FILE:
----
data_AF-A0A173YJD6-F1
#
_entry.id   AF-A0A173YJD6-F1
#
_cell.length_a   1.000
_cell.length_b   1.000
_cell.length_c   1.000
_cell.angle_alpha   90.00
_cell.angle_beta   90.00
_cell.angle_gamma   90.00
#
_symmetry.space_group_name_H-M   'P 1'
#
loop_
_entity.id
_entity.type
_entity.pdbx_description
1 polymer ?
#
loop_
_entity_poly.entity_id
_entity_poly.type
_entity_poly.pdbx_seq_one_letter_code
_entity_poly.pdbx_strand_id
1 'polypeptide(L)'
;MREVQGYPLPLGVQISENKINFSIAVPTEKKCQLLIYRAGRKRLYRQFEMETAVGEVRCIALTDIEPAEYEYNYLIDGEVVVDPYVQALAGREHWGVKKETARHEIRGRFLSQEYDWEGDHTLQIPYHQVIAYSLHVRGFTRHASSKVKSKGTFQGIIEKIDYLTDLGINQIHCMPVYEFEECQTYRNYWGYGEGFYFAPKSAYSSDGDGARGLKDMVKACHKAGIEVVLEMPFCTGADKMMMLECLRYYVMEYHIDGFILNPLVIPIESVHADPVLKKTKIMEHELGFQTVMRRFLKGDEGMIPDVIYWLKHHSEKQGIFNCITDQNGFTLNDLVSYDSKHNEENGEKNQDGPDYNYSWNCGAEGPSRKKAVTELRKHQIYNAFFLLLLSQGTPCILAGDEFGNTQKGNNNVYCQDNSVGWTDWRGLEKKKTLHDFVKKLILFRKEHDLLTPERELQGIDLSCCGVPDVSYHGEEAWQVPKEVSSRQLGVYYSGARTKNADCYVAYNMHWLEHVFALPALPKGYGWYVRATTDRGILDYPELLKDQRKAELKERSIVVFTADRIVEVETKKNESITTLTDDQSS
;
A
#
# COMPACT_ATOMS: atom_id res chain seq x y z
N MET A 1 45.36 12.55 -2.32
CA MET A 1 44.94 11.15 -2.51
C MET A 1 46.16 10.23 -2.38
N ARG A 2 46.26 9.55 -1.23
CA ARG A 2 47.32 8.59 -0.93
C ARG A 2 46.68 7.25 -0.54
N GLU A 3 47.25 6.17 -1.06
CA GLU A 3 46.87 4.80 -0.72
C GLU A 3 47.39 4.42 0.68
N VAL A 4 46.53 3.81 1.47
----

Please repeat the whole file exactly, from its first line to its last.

data_AF-A0A173YJD6-F1
#
_entry.id   AF-A0A173YJD6-F1
#
_cell.length_a   1.000
_cell.length_b   1.000
_cell.length_c   1.000
_cell.angle_alpha   90.00
_cell.angle_beta   90.00
_cell.angle_gamma   90.00
#
_symmetry.space_group_name_H-M   'P 1'
#
loop_
_entity.id
_entity.type
_entity.pdbx_description
1 polymer ?
#
loop_
_entity_poly.entity_id
_entity_poly.type
_entity_poly.pdbx_seq_one_letter_code
_entity_poly.pdbx_strand_id
1 'polypeptide(L)'
;MREVQGYPLPLGVQISENKINFSIAVPTEKKCQLLIYRAGRKRLYRQFEMETAVGEVRCIALTDIEPAEYEYNYLIDGEVVVDPYVQALAGREHWGVKKETARHEIRGRFLSQEYDWEGDHTLQIPYHQVIAYSLHVRGFTRHASSKVKSKGTFQGIIEKIDYLTDLGINQIHCMPVYEFEECQTYRNYWGYGEGFYFAPKSAYSSDGDGARGLKDMVKACHKAGIEVVLEMPFCTGADKMMMLECLRYYVMEYHIDGFILNPLVIPIESVHADPVLKKTKIMEHELGFQTVMRRFLKGDEGMIPDVIYWLKHHSEKQGIFNCITDQNGFTLNDLVSYDSKHNEENGEKNQDGPDYNYSWNCGAEGPSRKKAVTELRKHQIYNAFFLLLLSQGTPCILAGDEFGNTQKGNNNVYCQDNSVGWTDWRGLEKKKTLHDFVKKLILFRKEHDLLTPERELQGIDLSCCGVPDVSYHGEEAWQVPKEVSSRQLGVYYSGARTKNADCYVAYNMHWLEHVFALPALPKGYGWYVRATTDRGILDYPELLKDQRKAELKERSIVVFTADRIVEVETKKNESITTLTDDQSS
;
A
#
# COMPACT_ATOMS: atom_id res chain seq x y z
N MET A 1 45.36 12.55 -2.32
CA MET A 1 44.94 11.15 -2.51
C MET A 1 46.16 10.23 -2.38
N ARG A 2 46.26 9.55 -1.23
CA ARG A 2 47.32 8.59 -0.93
C ARG A 2 46.68 7.25 -0.54
N GLU A 3 47.25 6.17 -1.06
CA GLU A 3 46.87 4.80 -0.72
C GLU A 3 47.39 4.42 0.68
N VAL A 4 46.53 3.81 1.47